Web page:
Genome-Wide Associations Studies: Cancelled

Course has been cancelled

Due to new guidelines from the University we are unfortunately cancelling the GWAS course.

Information from the Faculty of Medicine:

About the course

Four days intensive course consisting of a series of lectures and workshops.


3 ECTS (directly available for PhD students of the Medical Faculty at UiO, PhD students at other faculties and universities should ask about availability at their educational offices)




Course content

The majority of human traits including common diseases are likely polygenic in nature, that is, they are affected by numerous genetic variants with small individual effects. During the past couple of decades thousands of genetic loci associated with various human traits have been discovered throughout the genome using Genome-Wide Association Studies (GWAS). Although GWAS proved to be an effective approach to investigate the genetic architecture of complex human traits, it has left several questions unanswered and room for more advanced research to be conducted on top of it. In the course we will cover:

  • Basic aspects of genetics and statistics important for understanding the GWAS framework.
  • Essential stages of the standard GWAS pipeline, including processing of raw genotypes, QC, imputation, association (meta-) analysis and interpretation of association results. Tools to conduct these steps (including practical training).
  • Publicly available resources providing access to GWAS summary statistics, online analysis tools and other related data.
  • Several strategies for advanced post-GWAS analysis, including polygenic load assessment and investigation of genetic overlap between different traits (including practical tasks).
  • Projects conducted in Norway and specifically at NORMENT.


Day 1 [16.03]. Genome-wide association studies background and applications.

9:00 – 9:30 General introduction and overview of projects in NORMENT. [Ole Andreassen]

9:30 – 10:30 Genes, genomes and genetic variation. [Tim Hughes]

10:30 – 10:40 Break.

10:40 – 11:40 Brain imaging and genetics. [Thomas Wolfers]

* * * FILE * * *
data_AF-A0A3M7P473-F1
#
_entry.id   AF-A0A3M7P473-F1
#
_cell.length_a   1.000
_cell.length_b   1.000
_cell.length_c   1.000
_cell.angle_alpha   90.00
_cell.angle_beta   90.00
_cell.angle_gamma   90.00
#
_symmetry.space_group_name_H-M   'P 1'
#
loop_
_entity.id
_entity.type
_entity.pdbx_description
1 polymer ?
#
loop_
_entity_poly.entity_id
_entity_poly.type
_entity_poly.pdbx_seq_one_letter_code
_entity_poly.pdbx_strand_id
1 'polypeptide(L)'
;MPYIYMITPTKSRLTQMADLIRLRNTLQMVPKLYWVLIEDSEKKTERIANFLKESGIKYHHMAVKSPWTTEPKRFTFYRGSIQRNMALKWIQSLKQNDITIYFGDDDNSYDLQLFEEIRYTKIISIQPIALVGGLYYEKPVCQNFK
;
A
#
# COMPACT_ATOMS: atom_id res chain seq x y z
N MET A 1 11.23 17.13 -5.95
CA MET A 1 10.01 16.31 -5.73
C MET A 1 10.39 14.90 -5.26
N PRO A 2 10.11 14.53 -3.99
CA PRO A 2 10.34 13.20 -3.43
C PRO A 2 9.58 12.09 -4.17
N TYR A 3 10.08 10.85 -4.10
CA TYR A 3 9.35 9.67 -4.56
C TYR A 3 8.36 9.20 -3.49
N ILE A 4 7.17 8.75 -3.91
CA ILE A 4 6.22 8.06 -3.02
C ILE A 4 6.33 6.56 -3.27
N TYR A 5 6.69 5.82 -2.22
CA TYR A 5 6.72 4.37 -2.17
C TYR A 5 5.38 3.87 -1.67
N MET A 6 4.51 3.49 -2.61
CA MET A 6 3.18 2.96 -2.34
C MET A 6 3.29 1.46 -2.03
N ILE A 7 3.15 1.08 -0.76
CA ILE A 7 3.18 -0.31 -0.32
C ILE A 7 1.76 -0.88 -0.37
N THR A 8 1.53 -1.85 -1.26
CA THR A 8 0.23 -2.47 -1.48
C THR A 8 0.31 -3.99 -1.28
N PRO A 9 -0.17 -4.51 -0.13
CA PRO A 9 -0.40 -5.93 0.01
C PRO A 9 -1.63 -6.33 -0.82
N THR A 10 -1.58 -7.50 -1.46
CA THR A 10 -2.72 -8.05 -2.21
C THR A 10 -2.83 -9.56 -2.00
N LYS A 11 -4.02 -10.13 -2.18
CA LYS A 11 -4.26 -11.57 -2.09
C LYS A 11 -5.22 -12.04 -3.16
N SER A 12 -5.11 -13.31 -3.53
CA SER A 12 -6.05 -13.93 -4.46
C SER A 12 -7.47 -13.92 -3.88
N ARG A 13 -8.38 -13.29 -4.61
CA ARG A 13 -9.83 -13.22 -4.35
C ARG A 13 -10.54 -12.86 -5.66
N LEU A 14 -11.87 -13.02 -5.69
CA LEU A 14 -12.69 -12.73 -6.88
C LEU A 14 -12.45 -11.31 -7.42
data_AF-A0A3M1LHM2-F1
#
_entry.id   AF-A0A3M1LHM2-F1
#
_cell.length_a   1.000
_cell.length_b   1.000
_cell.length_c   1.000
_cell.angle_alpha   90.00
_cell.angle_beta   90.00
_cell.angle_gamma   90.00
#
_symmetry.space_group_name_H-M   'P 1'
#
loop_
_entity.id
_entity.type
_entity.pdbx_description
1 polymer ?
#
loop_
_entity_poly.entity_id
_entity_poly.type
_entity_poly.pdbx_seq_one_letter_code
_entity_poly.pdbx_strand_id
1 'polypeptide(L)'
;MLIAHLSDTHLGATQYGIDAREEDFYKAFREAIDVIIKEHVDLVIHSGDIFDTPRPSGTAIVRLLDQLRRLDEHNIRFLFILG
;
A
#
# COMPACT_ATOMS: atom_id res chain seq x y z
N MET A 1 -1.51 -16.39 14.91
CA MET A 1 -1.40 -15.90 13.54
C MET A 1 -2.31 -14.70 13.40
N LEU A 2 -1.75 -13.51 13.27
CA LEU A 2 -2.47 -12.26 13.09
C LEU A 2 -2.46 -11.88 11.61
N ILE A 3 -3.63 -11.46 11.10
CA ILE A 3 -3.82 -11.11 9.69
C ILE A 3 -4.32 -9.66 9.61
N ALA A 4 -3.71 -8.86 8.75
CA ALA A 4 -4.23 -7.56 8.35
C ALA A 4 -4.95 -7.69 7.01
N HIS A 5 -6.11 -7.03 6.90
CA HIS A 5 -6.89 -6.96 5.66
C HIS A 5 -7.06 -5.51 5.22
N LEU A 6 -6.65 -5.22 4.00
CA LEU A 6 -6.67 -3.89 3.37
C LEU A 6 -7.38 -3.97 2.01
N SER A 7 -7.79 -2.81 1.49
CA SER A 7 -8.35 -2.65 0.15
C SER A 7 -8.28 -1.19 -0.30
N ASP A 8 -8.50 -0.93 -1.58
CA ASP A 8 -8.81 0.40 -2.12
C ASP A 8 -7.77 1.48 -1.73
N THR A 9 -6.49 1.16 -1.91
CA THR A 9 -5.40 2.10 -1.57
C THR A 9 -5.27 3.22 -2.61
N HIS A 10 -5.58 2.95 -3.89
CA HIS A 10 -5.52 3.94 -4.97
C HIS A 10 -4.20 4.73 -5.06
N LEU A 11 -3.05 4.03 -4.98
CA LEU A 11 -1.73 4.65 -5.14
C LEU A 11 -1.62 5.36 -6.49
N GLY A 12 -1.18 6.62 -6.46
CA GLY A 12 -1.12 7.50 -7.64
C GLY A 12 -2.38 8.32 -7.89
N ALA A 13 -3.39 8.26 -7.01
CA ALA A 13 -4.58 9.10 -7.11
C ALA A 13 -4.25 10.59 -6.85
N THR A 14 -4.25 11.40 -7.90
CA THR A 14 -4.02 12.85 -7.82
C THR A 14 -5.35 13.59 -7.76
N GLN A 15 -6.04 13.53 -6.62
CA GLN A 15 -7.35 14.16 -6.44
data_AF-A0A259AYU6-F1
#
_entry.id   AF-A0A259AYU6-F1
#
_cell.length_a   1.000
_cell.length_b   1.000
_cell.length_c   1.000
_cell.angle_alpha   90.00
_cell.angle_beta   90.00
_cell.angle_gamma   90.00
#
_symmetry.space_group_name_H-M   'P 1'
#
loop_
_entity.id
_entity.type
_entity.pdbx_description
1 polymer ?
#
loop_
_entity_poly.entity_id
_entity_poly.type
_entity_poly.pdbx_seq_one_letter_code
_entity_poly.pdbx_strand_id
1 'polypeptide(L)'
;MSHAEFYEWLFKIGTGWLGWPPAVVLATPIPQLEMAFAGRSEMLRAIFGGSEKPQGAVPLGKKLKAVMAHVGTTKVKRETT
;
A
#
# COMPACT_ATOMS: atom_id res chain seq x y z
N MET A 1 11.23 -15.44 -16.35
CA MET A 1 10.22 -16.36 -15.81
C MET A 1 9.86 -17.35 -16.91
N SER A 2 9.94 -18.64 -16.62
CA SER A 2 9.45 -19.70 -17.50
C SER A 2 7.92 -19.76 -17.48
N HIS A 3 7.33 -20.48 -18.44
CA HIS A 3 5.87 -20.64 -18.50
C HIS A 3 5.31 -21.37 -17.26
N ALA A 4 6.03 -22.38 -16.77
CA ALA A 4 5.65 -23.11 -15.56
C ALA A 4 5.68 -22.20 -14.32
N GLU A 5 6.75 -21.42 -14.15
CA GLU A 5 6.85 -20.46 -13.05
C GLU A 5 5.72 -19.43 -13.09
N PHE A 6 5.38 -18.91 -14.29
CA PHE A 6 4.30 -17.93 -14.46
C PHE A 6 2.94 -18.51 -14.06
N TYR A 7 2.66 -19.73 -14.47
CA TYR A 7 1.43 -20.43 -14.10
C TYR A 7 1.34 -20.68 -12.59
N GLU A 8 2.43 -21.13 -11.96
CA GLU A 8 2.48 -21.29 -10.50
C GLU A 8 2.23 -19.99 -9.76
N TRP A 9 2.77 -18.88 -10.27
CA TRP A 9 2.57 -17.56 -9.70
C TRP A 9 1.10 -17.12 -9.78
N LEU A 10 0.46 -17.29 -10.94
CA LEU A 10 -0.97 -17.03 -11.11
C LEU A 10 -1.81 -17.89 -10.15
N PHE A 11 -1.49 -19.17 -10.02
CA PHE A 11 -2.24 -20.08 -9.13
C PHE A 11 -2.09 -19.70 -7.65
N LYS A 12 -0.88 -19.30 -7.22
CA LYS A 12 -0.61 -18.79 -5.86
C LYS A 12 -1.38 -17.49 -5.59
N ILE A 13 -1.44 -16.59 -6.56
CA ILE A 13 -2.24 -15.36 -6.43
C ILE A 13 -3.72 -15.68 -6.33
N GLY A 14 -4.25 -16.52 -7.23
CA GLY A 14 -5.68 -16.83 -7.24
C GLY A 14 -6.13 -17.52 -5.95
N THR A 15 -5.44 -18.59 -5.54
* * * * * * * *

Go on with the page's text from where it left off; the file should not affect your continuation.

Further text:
11:40 – 12:20 Lunch break.

12:20 – 12:50 Gene expression patterns in the brain: Implications for physical and mental health. [Daniel Quintana]

12:50 – 14:00 Preparing software and data for workshops. [Alexey Shadrin]

Day 2 [17.03]. GWAS essentials.                   

9:00 – 9:30 Genotyping. Quality control (QC) with GenomeStudio. [Lavinia Andresen]

9:30 – 10:30 Pre-imputation QC and imputation + workshop (part 1). [Elizabeth Corfield]

10:40 – 11:40 Break.

10:40 – 11:40 Pre-imputation QC and imputation + workshop (part 2). [Elizabeth Corfield]

11:40 – 12:20 Lunch break.

12:20 – 13:30 Testing for association meta-analysis and interpretation of the results + workshop. [Kevin O`Connell]

Day 3 [18.03]. Post GWAS analysis. Available tools and data.

9:00 – 9:50 FUMA, pathway and network analysis + workshop. [Shahram Bahrami]

9:50 – 10:30 Survey of available genetics data sets and overview of TSD (services for sensitive data). [Oleksandr Frei]

10:30 – 10:40 Break.

10:40 – 11:40 UK Biobank. Available data and technical protocols. [Oleksandr Frei]

11:40 – 12:20 Lunch break.

12:20 – 13:30 Polygenic risk scores (PRS) + workshop. [Alexey Shadrin]

Day 4 [19.03]. Post GWAS analysis. Clinical implications. Statistics.

9:00 – 9:30 GWAS. Clinical implications. [Nils Eiel Steen]

9:30 – 10:30 LD-score regression. Genetic correlation and Partitioned heritability + workshop. [Oleksandr Frei]

10:30 – 10:40 Break.

10:40 – 11:40 Genetic architecture beyond heritability. MiXeR. CondFDR. [Alexey Shadrin]

11:40 – 12:20 Lunch break.

12:20 – 13:30 Concluding remarks, discussion and distribution of examination tasks.


Basic starting knowledge of genetics and statistics as well as some experience with UNIX command line would be beneficial.

In order to follow the workshops, you will need to download example data and install several software tools (we will do it together at the end of the first course day).

Software required for workshops


The exam will be in the form of reports that participants should prepare within 3 weeks after the course week. Topics for the reports will be discussed at the last day of the course. Reports will be evaluated and classified as “pass” or “fail” within two weeks after they are received. The participants will get reviewer’s comments on their report regardless of the outcome.

Alternatively, the participants can opt for a short presentation. Similarly to reports, presentations should be prepared within 3 weeks after the course week and then presented and discussed with a course commission on an agreed day.

Other information

If you have any questions, please contact Alexey Shadrin

Publisert 5. mars 2019 15:04 - Sist endret 5. feb. 2021 16:12